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Science

Field Checkup Series: Evaluate soybean fields for signs of SDS

Farmers can gather field intelligence now to inform and hone product selection and management approaches for next season.

As soybeans enter the mid- to late-season growth stages, farmers may notice yellowing leaves, called leaf chlorosis, which can indicate low fertility, disease, restricted root growth or even nematode feeding.

To determine a cause, evaluate fields for any condition that can jeopardize nutrient uptake by the roots such as soil compaction, water-saturated soils or insect feeding.

Remember, some soybean diseases like sudden death syndrome, soybean stem canker and brown stem rot can also yield foliar symptoms that resemble nutrient deficiency symptoms.

Throughout the growing season, soybean plants acquire nutrients from the soil and through nitrogen fixation in the root nodules. Pod fill is a period of high nutrient demand, and if the soybean plant cannot absorb needed nourishment to support seed development the plant will remobilize nutrients from the stems and leaves. As nutrients are reallocated away from the leaves they tend to yellow, which is an indication of nutrient deficiency.

Channel Seedsmen conduct field evaluations to help farmers determine what conditions may be causing soybean leaf chlorosis. They assess the agronomic needs on farmers’ fields to help plan a fertility program for the next season’s crop and recommend seed products that are an ideal match for the anticipated growing environment.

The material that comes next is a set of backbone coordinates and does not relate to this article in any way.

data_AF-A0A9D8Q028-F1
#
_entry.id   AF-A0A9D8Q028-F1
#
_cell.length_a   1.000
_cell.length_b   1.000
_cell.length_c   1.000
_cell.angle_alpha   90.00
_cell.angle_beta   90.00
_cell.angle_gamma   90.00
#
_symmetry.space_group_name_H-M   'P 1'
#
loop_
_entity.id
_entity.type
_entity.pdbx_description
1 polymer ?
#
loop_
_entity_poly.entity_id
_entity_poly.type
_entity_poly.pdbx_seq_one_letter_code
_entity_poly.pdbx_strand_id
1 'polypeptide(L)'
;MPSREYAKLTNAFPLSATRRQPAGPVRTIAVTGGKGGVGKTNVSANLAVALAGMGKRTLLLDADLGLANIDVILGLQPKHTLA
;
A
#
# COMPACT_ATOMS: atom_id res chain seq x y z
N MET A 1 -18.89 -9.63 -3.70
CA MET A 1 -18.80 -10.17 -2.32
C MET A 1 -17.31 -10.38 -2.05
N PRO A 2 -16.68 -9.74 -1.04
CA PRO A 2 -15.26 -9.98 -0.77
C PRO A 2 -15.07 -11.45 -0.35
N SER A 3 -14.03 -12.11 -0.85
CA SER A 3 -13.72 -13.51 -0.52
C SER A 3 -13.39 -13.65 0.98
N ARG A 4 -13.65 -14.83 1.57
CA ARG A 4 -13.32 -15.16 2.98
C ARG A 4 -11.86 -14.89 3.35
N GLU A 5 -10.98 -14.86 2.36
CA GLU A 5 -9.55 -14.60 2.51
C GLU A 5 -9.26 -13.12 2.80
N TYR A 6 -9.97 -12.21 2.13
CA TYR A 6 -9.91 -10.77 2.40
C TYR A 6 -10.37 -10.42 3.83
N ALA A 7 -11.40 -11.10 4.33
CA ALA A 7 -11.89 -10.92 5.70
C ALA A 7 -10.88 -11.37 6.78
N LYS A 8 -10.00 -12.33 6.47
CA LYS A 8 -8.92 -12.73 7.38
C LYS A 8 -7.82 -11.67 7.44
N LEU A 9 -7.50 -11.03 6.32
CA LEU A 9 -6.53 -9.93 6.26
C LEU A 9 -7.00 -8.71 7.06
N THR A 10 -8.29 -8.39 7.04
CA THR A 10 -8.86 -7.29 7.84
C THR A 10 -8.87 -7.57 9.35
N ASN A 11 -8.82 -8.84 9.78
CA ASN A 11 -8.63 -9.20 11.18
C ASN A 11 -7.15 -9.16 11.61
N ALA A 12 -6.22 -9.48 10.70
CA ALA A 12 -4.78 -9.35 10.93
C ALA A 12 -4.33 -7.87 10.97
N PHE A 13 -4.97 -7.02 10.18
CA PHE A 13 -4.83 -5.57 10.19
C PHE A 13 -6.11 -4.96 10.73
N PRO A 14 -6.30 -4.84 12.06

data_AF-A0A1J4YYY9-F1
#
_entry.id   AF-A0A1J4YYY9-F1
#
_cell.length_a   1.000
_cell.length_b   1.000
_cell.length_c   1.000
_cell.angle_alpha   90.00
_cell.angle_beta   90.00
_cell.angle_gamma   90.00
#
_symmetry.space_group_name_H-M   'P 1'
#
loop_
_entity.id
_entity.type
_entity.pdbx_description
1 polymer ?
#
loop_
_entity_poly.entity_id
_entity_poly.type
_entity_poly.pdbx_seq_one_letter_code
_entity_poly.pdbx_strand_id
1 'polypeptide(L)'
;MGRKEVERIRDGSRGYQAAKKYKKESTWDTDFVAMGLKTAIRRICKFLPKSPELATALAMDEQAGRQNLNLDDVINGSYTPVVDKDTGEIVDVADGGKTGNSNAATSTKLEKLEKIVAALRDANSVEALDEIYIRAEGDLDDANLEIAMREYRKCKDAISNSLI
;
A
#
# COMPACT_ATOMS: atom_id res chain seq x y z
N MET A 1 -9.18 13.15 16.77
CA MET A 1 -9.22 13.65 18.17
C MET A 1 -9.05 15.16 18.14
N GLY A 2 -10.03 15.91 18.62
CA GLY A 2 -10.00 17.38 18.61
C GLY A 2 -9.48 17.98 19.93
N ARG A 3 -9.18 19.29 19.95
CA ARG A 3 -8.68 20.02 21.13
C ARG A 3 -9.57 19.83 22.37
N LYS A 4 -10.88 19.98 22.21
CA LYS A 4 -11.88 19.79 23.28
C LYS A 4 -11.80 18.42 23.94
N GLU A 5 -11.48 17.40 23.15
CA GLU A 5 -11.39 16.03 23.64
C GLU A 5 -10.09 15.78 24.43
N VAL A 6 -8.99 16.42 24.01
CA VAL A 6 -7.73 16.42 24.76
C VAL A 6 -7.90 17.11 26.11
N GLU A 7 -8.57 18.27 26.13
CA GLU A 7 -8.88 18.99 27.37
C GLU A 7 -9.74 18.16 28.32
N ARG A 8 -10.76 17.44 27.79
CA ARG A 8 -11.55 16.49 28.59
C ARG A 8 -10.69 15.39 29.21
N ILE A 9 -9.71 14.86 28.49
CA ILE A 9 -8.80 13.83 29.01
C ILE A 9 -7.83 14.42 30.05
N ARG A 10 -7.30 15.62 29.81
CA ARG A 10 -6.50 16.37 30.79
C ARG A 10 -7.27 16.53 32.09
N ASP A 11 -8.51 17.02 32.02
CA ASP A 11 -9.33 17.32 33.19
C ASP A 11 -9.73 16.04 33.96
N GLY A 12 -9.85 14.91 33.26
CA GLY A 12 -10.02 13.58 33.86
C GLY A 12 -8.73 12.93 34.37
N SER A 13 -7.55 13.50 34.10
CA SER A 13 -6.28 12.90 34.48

As the end of July approaches in Indiana, farmers should evaluate soybean fields for signs of SDS. This spring’s cool, wet weather and early planting provided prime conditions for SDS.

With a record number of soybeans planted early in the month of April, there are indications that SDS will be prevalent once again in Indiana. Unfortunately, SDS is a fungal root rot, so it cannot be treated with a foliar fungicide in season.

However, if detected, your local seedsman will likely suggest crop rotation, residue management and tolerant variety selection to help combat the issue in subsequent seasons.

The next few weeks of observations and notes from Seedsmen can help provide a picture of fall yield potential and set the stage for next season’s product selection. Visit channel.com to learn more about the Channel Field Check Up Series and to access more agronomy tips and insights.

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